Git: putting your new feature out into the world.


A git workflow to put a local feature out in the wild, then tidy up after yourself.


Zak Varty


December 13, 2022

git logo. This is a red-orange square with rounded corners, it is rotated by 45 degrees so that it is standing on one corner and has a cut-out design representing a branching graph.

So you’ve added a new feature to your project. You were responsible and didn’t do this in the main branch. Congrats on being responsible, have some brownie points.

Now how the heck to you get everything moved across and delete your new-feature branch?

1. Check that your local main is up to date.

Be in the main branch and pull any changes to the remote main branch.

git checkout main 
git pull origin main

This might require you to resolve some merge conflicts, but these should be pretty straightforward if you are following a branch-and-merge workflow.

2. Check that you remote new-feature is up to date.

We might mess things up while merging. Let’s make sure that if that happens we can get back to this good position with our new feature.

git checkout new-feature
git status

If needed: add, commit and push.

3. Merge any changes to main into your local new-feature branch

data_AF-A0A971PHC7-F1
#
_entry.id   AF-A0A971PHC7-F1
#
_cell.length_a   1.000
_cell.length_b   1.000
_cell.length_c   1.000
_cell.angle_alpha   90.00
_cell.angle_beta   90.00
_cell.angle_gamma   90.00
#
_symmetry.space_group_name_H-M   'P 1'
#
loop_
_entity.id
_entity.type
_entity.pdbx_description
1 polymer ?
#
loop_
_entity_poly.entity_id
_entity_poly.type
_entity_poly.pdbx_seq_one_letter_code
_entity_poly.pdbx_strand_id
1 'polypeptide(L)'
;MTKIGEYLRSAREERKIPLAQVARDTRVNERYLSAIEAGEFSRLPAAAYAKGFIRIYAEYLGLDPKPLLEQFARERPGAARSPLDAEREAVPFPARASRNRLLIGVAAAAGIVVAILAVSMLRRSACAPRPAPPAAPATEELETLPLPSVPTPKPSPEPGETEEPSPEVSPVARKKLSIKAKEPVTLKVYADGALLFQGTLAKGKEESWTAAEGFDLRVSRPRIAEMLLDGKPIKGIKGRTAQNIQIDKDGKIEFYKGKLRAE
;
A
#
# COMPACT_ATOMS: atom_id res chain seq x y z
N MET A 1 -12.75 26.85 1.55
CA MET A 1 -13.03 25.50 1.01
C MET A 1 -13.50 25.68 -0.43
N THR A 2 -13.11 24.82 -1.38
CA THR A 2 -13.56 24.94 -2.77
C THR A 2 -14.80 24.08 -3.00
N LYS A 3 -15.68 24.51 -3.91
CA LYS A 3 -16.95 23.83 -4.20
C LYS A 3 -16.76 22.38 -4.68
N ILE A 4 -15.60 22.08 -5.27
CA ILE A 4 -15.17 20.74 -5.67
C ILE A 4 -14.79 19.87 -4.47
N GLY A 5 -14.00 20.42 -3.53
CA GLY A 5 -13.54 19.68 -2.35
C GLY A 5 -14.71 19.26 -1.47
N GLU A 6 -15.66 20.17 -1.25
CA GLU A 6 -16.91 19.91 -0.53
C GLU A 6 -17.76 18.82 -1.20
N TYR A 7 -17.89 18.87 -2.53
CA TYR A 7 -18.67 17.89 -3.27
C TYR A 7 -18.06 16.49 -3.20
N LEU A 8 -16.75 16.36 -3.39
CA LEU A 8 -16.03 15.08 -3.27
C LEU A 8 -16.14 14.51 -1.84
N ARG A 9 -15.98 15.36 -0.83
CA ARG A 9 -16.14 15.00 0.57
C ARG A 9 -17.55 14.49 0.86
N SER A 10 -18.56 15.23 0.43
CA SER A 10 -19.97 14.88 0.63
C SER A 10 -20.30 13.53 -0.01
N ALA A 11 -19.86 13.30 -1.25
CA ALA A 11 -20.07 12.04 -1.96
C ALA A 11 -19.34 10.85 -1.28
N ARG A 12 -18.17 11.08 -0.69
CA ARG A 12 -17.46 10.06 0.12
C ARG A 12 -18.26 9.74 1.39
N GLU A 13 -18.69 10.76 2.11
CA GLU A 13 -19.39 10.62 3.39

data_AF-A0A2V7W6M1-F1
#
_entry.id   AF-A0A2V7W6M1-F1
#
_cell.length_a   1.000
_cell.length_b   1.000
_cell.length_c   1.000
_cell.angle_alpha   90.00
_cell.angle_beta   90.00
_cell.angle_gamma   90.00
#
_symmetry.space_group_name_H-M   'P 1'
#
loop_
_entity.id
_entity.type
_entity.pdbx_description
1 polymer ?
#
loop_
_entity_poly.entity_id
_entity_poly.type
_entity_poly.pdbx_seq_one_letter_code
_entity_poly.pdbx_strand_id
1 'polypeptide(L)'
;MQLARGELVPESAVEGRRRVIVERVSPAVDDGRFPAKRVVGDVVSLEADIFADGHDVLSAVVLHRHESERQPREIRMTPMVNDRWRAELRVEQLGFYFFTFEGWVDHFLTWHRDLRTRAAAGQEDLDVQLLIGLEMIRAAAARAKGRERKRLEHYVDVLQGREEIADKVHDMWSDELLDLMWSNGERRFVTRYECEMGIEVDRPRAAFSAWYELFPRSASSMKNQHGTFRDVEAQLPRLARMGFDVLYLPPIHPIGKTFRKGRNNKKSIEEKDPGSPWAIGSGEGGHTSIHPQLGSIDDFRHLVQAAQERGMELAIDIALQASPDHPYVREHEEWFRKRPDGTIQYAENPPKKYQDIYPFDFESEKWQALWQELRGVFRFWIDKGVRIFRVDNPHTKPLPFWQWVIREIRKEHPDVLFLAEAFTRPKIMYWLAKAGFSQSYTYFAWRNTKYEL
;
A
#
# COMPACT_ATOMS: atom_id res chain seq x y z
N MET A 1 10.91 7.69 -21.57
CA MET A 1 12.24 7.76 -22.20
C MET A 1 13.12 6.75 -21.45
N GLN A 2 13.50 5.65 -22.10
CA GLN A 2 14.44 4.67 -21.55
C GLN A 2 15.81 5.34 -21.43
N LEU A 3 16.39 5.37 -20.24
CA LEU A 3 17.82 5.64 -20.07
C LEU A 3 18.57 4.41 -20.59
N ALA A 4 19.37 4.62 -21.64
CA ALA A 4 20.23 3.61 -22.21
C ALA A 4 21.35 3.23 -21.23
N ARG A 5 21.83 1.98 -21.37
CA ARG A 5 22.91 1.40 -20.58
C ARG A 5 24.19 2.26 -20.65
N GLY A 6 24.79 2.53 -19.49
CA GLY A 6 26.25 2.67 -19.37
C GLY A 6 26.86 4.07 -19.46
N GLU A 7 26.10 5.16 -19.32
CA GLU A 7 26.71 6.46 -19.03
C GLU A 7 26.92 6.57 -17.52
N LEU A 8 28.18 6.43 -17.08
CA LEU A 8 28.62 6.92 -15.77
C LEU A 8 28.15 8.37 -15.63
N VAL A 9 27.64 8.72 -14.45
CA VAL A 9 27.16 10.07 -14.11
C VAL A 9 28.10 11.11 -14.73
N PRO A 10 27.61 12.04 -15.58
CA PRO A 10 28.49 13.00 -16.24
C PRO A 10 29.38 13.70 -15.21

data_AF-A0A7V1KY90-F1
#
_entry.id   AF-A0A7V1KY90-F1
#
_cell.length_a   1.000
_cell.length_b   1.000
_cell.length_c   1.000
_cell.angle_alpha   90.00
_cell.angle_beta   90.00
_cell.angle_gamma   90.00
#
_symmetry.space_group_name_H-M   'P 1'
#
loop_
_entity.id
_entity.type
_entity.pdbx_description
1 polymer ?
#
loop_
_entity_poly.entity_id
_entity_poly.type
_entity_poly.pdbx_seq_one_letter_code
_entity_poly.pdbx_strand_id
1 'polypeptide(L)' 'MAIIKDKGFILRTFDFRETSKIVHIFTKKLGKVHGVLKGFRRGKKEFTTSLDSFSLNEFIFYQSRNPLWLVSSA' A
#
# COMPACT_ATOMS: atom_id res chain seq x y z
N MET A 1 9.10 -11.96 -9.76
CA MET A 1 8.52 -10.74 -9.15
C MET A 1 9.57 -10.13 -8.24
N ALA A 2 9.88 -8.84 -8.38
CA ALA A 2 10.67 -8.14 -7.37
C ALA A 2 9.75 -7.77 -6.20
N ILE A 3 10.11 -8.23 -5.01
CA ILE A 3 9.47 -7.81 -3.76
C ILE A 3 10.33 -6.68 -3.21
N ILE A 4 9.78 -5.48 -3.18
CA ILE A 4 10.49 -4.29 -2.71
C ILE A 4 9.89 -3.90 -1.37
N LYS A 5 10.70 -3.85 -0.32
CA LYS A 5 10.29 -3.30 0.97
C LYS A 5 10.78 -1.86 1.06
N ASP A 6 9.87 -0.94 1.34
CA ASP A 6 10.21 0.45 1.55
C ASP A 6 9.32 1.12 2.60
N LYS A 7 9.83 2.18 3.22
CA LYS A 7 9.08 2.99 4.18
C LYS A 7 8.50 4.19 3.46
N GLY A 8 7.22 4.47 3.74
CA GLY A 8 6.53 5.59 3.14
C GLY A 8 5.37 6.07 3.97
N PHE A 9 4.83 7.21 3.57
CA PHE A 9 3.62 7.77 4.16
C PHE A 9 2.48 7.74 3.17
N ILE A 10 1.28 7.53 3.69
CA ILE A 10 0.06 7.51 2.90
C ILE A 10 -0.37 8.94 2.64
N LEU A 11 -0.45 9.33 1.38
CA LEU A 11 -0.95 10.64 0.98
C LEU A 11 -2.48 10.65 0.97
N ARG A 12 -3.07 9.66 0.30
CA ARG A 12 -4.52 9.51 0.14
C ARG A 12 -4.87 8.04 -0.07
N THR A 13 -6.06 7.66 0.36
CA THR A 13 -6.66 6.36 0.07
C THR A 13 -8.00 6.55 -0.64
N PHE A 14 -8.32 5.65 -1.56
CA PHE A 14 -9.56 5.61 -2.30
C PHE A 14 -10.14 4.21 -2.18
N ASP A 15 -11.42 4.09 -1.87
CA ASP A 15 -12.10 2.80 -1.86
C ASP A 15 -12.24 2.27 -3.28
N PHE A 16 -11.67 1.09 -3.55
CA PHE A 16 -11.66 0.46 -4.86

Next, we will make sure we have any changes to main moved across to our local new-feature branch.

git merge main

This might again require resolving some merge conflicts. Keep calm and take tea breaks are required.

4. Commit and push to remote.

Now that we have our local new-feature branch compatible with the remote main branch, lets push that to the remote.

git commit -m "merge changes to main in preparation for PR"
git push

5. Open a pull request on Github

Wait for someone to review approve your new feature (or wait a few hours/days and do it yourself for a solo project).

6. Delete the local branch

git checkout main
git branch --delete new-feature

7. Delete the remote branch

git push origin --delete new-feature

On older versions of git (< 1.7.0) you might need to use the alternative syntax below. This is effectively pushing nothing to the new-feature branch of origin.

git push origin :new-feature

Bam! You did it! Your new-feature is out there in the wild, making the world a marginally better place.